The birds of Bowra Station, Queensland

Last month I spent five days at ‘Bowra’ an Australian Wildlife Conservancy property located near Cunnamulla in south west Queensland. This property was recently purchased from a family who had been on the property for five generations. I assisted with a bird banding project led by Dr Jon Coleman with the help of many banders and researchers from Brisbane and a few from Canberra.  The objective of the project is to determine the survival rate, longevity, site fidelity and movements of a range of birds at Bowra. My role was to help choose suitable net sites, open and close mist nets, extract birds from the nets and band the captured birds.

Due to good rain in the previous months the surface water and grass on the property was quite abundant. This provided favourable conditions for seed eating birds such as Zebra Finch (Taeniopygia guttata), Plum-headed Finch (Neochmia modesta) and Diamond Dove (Geopelia cuneata).  The Zebra Finch is a “boom and bust” species. Their population dynamics are primarily driven by rainfall and associated seed supply which is highly temporally variable in this region.

From left to right: A male Zebra Finch, a Double-barred Finch and a male and female Plum-headed Finch. Over the four days banding we captured 171, 72 and 40 individuals of these species respectively.

From left to right: A male Zebra Finch, a Double-barred Finch and a male and female Plum-headed Finch. Over the four days banding we captured 171, 72 and 40 individuals of these species respectively.

 

At Bowra there are a few ‘mulga specialist’ species which are typically only found in areas where Mulga (Acacia aneura) is present. One of these is the Hall’s Babbler (Pomatostomus halli), a species that inhabits the mulga of SW QLD and NW NSW. It is a cooperative breeder which means that individual offspring are raised by a group of up to 15 babblers collectively.

Hall’s Babbler

Hall’s Babbler

 

Another species that is often found in Mulga but not restricted to it is the Crested Bellbird (Oreoica gutturalis). This species is a formidable looking bird up-close and possesses a rich call – hence its name. It is not an easy bird to catch in a mist net as they are pretty wary but on one morning I found this individual and 6 other species caught in a single net.

A male Crested Bellbird. This individual was caught in an area of Mulga.

A male Crested Bellbird. This individual was caught in an area of Mulga.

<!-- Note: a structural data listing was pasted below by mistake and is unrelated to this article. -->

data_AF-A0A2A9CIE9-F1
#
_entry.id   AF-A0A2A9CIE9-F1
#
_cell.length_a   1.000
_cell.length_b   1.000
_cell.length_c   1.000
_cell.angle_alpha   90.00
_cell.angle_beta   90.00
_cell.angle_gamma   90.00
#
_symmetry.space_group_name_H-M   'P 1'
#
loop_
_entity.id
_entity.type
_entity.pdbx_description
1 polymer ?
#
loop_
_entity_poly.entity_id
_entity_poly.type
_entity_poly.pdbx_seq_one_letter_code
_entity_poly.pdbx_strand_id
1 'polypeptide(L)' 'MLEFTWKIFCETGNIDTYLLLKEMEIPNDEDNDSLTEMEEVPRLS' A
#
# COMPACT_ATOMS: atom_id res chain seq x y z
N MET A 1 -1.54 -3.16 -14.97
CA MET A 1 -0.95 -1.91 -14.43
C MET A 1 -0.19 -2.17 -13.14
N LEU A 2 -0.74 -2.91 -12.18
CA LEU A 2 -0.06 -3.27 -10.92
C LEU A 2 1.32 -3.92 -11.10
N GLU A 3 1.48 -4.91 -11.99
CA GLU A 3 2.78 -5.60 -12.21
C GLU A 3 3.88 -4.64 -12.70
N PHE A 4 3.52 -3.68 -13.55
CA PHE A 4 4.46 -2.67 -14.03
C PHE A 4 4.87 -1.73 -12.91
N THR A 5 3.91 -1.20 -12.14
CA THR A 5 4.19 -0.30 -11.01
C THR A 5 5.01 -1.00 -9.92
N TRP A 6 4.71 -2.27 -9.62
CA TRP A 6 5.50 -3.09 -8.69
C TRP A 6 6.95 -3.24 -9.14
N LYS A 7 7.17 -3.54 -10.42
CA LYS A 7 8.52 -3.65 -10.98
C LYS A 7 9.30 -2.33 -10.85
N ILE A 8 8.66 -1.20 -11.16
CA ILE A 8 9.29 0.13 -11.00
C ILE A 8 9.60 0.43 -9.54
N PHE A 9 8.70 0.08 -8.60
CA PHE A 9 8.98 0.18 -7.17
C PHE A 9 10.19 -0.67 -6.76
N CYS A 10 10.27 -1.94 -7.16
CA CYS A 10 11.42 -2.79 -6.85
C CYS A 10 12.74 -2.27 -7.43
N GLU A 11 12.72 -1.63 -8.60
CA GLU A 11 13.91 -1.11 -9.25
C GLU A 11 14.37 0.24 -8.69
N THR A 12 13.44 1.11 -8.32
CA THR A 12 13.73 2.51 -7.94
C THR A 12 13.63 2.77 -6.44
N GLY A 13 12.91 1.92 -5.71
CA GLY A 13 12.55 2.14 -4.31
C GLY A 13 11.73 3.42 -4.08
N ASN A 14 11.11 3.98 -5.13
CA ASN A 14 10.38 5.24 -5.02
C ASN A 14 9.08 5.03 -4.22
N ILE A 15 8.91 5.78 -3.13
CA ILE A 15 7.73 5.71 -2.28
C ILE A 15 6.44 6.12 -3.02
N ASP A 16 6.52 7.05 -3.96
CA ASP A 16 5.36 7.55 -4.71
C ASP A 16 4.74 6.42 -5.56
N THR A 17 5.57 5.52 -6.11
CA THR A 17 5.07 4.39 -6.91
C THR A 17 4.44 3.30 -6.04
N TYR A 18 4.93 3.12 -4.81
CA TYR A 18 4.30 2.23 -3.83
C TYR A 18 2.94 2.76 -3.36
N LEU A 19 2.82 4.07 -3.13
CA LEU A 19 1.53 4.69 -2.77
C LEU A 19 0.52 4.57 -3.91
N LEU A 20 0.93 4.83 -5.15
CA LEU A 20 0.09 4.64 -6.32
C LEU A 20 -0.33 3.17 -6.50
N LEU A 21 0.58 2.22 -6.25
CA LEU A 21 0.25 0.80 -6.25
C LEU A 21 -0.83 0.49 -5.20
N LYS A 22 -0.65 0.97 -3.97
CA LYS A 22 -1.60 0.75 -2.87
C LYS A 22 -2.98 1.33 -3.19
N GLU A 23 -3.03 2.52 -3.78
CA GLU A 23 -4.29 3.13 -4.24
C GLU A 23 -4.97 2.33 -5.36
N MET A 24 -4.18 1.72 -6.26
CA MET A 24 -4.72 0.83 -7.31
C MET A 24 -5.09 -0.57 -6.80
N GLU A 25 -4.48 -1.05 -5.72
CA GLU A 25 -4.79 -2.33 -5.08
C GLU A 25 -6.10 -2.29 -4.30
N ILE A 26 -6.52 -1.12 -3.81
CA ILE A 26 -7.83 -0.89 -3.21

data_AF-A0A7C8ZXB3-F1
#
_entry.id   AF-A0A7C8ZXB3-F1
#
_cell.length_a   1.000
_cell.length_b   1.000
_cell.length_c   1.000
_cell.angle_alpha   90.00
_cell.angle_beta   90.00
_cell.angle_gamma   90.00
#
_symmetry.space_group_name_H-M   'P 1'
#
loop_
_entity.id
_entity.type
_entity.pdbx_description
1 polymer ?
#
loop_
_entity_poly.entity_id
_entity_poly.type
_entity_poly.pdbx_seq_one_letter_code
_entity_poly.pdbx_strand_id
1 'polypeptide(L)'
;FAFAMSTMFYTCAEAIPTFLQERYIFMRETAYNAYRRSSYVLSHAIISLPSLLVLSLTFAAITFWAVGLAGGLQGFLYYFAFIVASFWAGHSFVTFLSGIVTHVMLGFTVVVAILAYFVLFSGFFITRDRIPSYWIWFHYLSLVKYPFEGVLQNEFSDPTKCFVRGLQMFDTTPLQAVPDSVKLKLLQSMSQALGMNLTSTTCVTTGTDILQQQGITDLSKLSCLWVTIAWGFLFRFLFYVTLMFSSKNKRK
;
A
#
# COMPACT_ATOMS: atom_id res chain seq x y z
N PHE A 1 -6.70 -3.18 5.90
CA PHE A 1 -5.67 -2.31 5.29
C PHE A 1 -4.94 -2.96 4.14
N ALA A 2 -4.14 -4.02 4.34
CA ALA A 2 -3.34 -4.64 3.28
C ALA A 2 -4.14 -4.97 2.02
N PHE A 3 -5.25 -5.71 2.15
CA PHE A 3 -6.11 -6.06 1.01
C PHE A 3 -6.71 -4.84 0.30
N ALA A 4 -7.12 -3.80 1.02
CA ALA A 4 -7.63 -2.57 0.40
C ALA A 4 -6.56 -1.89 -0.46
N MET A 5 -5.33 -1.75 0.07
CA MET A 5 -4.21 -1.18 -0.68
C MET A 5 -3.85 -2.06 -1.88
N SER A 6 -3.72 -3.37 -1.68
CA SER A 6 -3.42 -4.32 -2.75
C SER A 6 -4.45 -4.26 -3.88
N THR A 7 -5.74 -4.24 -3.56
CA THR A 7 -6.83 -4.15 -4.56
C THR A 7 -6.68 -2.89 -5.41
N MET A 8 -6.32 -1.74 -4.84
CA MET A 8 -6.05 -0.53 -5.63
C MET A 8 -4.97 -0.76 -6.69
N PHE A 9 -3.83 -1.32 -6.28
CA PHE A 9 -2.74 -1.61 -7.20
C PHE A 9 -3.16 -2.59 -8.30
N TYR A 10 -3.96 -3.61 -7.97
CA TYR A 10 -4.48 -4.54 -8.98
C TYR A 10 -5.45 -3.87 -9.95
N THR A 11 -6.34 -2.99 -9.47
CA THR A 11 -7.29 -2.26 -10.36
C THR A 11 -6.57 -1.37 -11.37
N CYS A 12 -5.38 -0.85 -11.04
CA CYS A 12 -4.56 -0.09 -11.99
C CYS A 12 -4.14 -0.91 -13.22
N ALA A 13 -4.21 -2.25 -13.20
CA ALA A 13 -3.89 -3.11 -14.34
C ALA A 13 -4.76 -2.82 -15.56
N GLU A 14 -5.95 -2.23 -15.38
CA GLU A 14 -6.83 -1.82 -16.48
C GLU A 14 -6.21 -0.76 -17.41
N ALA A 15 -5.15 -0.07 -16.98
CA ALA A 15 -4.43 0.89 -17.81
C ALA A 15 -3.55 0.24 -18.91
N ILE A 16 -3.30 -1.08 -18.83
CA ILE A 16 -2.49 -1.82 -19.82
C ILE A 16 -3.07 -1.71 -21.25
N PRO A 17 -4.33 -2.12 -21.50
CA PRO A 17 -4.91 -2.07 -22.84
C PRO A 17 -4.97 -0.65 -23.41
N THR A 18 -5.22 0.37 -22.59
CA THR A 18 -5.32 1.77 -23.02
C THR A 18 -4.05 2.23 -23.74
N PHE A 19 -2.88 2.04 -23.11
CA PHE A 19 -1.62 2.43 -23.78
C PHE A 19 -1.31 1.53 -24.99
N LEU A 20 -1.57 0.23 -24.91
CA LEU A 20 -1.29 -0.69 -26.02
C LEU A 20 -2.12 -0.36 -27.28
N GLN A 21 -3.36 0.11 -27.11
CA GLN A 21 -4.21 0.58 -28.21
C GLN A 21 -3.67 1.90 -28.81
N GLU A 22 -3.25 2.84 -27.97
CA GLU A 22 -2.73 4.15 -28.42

We banded a total of three fairy-wren species one of which is the Splendid Fairy-wren (Malurus splendens). We caught a number of males which were at various stages of their breeding plumage.

A male Splendid Fairy-wren in full breeding plumage.

A male Splendid Fairy-wren in full breeding plumage.

It was nice to see both Brolga (Grus rubicunda) and Australian Bustard (Ardeotis australia) on the trip -the latter being a species I’ve never seen before. The bustard was once relatively common in SE Australia (including the Canberra region) but its range has now retracted to northern and western Australia due to hunting and habitat modification.

This Brolga did a dance as we pulled up on the side of the road.

This Brolga did a dance as we pulled up on the side of the road.

 

This Australian Bustard was one of three seen in the extensive grasslands south of Cunnamulla.

This Australian Bustard was one of three seen in the extensive grasslands south of Cunnamulla.

The trip was a fantastic opportunity to see the biodiversity of the mulga, open woodlands and grasslands of south west Queensland. In total we banded 452 individual birds consisting of 42 species.

Sunrise over the lagoon

Sunrise over the lagoon

 Mark Allen

Photography: Brett Allen

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About Biodiversity Conservation Blog

I am an Associate Professor at The Australian National University and convene a (very awesome) course called Biodiversity Conservation. Myself and students in the course contribute to this blog.
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3 Responses to The birds of Bowra Station, Queensland

  1. Pingback: Creatures of south west Queensland | Biodiversity Conservation

  2. Fantastic blog Mark. You provide a great insight to the work of the Aust Wildlife Conservancy and some sense of what occurs inland. Phil

  3. Pingback: Bowra Station: April 2015 | ausnature

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